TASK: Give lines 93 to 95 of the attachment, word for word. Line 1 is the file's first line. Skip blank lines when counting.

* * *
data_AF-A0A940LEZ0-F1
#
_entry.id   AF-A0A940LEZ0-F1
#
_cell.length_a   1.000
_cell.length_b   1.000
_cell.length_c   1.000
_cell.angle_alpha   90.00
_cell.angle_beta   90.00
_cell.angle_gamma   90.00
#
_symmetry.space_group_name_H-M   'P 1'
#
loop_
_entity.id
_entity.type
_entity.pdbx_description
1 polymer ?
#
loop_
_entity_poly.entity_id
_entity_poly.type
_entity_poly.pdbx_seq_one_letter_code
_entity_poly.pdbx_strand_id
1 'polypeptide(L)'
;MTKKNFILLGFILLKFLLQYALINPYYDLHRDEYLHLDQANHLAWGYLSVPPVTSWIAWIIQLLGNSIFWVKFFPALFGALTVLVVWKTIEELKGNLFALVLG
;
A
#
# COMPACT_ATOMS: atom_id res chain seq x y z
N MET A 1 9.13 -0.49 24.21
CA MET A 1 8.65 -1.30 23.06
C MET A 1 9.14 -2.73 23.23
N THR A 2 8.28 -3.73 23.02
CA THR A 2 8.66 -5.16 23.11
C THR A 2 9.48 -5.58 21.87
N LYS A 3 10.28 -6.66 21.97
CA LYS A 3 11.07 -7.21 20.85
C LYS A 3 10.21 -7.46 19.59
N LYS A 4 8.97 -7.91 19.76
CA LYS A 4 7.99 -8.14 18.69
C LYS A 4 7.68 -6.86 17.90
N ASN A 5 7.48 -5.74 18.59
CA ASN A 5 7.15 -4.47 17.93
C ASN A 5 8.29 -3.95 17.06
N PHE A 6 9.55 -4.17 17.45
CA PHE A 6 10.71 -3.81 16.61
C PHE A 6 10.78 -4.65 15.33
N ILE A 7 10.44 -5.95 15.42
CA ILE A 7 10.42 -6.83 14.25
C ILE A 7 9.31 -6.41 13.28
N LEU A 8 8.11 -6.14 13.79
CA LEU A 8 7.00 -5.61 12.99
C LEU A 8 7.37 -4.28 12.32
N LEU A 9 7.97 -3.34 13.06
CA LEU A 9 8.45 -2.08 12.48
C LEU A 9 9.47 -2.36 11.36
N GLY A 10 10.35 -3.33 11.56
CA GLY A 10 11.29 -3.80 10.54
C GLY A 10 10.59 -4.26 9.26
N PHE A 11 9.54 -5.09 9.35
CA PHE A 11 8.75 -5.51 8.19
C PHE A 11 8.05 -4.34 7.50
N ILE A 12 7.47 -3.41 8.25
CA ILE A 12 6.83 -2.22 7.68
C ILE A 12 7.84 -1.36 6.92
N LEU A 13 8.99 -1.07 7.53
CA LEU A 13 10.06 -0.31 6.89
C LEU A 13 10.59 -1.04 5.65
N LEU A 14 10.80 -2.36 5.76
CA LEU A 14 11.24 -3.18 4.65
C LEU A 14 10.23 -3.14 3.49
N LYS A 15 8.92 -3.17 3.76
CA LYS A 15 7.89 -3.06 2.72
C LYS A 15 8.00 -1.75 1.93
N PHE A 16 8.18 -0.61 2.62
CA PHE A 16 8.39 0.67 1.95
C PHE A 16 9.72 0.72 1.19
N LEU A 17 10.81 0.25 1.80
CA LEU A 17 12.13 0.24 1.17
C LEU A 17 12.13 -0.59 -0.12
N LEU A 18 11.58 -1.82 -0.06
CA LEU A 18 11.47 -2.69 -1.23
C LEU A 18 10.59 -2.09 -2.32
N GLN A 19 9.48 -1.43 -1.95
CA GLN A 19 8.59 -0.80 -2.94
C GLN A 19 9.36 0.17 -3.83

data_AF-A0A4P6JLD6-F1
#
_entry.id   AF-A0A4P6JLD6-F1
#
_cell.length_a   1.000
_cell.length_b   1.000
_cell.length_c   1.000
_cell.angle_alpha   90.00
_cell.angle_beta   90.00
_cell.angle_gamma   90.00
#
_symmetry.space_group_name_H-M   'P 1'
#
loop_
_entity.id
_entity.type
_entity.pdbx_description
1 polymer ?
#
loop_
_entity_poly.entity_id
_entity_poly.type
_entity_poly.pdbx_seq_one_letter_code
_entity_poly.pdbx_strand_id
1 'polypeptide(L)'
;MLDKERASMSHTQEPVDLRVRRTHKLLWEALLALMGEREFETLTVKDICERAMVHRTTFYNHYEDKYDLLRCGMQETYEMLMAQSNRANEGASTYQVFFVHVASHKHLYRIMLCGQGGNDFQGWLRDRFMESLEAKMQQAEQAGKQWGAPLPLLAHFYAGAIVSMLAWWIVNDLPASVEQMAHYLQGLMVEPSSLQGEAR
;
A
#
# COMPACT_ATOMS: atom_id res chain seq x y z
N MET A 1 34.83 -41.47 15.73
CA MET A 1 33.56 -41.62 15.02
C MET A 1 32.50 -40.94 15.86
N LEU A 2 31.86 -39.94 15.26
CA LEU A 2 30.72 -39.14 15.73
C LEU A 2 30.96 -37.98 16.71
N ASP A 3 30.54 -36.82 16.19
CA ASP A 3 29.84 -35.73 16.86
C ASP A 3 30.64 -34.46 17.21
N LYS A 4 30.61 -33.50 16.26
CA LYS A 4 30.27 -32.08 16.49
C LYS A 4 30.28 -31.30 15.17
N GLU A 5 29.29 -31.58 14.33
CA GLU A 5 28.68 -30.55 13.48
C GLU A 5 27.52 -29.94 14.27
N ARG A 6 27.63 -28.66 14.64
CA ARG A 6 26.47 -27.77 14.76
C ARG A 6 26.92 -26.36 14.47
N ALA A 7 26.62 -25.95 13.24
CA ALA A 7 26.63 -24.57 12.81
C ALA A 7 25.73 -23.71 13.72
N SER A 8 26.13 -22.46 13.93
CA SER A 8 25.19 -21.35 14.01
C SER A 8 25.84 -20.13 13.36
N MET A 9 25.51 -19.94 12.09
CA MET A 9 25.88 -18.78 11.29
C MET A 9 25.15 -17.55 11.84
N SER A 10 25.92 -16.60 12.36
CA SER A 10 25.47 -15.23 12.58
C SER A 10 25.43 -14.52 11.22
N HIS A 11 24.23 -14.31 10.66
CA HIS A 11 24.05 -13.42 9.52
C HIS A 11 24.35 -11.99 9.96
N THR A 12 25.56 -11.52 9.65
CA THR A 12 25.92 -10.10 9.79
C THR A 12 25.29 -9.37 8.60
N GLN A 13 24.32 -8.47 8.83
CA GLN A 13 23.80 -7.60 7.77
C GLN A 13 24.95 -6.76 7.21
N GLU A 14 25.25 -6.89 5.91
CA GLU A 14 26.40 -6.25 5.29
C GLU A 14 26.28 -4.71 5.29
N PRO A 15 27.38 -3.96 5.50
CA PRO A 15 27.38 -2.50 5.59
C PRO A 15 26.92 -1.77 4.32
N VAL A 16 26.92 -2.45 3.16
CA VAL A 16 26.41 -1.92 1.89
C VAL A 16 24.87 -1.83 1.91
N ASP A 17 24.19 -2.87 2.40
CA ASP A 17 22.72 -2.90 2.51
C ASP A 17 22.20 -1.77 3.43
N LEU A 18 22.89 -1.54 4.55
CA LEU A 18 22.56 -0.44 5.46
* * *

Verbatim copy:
_cell.length_b   1.000
_cell.length_c   1.000
_cell.angle_alpha   90.00